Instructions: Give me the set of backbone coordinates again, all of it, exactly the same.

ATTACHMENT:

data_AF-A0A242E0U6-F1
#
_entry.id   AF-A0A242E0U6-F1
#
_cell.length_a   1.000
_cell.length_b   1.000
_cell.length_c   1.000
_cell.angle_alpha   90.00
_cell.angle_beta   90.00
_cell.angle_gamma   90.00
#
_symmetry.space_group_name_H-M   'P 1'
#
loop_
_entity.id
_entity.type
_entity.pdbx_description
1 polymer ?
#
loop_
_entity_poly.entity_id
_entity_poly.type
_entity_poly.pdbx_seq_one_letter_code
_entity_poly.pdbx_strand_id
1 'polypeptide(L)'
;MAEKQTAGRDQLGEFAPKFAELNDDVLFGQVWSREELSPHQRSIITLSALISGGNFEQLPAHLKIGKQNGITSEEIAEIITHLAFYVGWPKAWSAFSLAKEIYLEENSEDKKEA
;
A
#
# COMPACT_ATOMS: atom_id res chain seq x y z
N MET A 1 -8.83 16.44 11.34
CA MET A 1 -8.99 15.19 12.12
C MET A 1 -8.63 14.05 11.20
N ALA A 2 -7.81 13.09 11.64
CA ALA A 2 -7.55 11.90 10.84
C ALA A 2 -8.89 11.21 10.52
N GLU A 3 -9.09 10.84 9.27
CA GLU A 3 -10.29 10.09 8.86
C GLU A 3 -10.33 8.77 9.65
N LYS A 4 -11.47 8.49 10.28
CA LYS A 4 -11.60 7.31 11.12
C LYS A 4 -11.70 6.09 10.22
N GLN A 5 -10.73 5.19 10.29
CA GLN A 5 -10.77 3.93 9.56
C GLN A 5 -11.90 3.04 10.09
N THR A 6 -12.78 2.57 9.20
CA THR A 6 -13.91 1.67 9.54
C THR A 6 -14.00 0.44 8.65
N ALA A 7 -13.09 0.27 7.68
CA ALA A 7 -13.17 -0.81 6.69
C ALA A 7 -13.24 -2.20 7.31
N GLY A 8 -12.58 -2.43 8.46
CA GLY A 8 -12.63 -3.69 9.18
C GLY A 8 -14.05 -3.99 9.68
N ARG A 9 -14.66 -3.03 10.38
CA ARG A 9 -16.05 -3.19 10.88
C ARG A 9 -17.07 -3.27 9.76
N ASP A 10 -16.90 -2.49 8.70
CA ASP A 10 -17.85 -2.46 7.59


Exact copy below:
data_AF-A0A242E0U6-F1
#
_entry.id   AF-A0A242E0U6-F1
#
_cell.length_a   1.000
_cell.length_b   1.000
_cell.length_c   1.000
_cell.angle_alpha   90.00
_cell.angle_beta   90.00
_cell.angle_gamma   90.00
#
_symmetry.space_group_name_H-M   'P 1'
#
loop_
_entity.id
_entity.type
_entity.pdbx_description
1 polymer ?
#
loop_
_entity_poly.entity_id
_entity_poly.type
_entity_poly.pdbx_seq_one_letter_code
_entity_poly.pdbx_strand_id
1 'polypeptide(L)'
;MAEKQTAGRDQLGEFAPKFAELNDDVLFGQVWSREELSPHQRSIITLSALISGGNFEQLPAHLKIGKQNGITSEEIAEIITHLAFYVGWPKAWSAFSLAKEIYLEENSEDKKEA
;
A
#
# COMPACT_ATOMS: atom_id res chain seq x y z
N MET A 1 -8.83 16.44 11.34
CA MET A 1 -8.99 15.19 12.12
C MET A 1 -8.63 14.05 11.20
N ALA A 2 -7.81 13.09 11.64
CA ALA A 2 -7.55 11.90 10.84
C ALA A 2 -8.89 11.21 10.52
N GLU A 3 -9.09 10.84 9.27
CA GLU A 3 -10.29 10.09 8.86
C GLU A 3 -10.33 8.77 9.65
N LYS A 4 -11.47 8.49 10.28
CA LYS A 4 -11.60 7.31 11.12
C LYS A 4 -11.70 6.09 10.22
N GLN A 5 -10.73 5.19 10.29
CA GLN A 5 -10.77 3.93 9.56
C GLN A 5 -11.90 3.04 10.09
N THR A 6 -12.78 2.57 9.20
CA THR A 6 -13.91 1.67 9.54
C THR A 6 -14.00 0.44 8.65
N ALA A 7 -13.09 0.27 7.68
CA ALA A 7 -13.17 -0.81 6.69
C ALA A 7 -13.24 -2.20 7.31
N GLY A 8 -12.58 -2.43 8.46
CA GLY A 8 -12.63 -3.69 9.18
C GLY A 8 -14.05 -3.99 9.68
N ARG A 9 -14.66 -3.03 10.38
CA ARG A 9 -16.05 -3.19 10.88
C ARG A 9 -17.07 -3.27 9.76
N ASP A 10 -16.90 -2.49 8.70
CA ASP A 10 -17.85 -2.46 7.59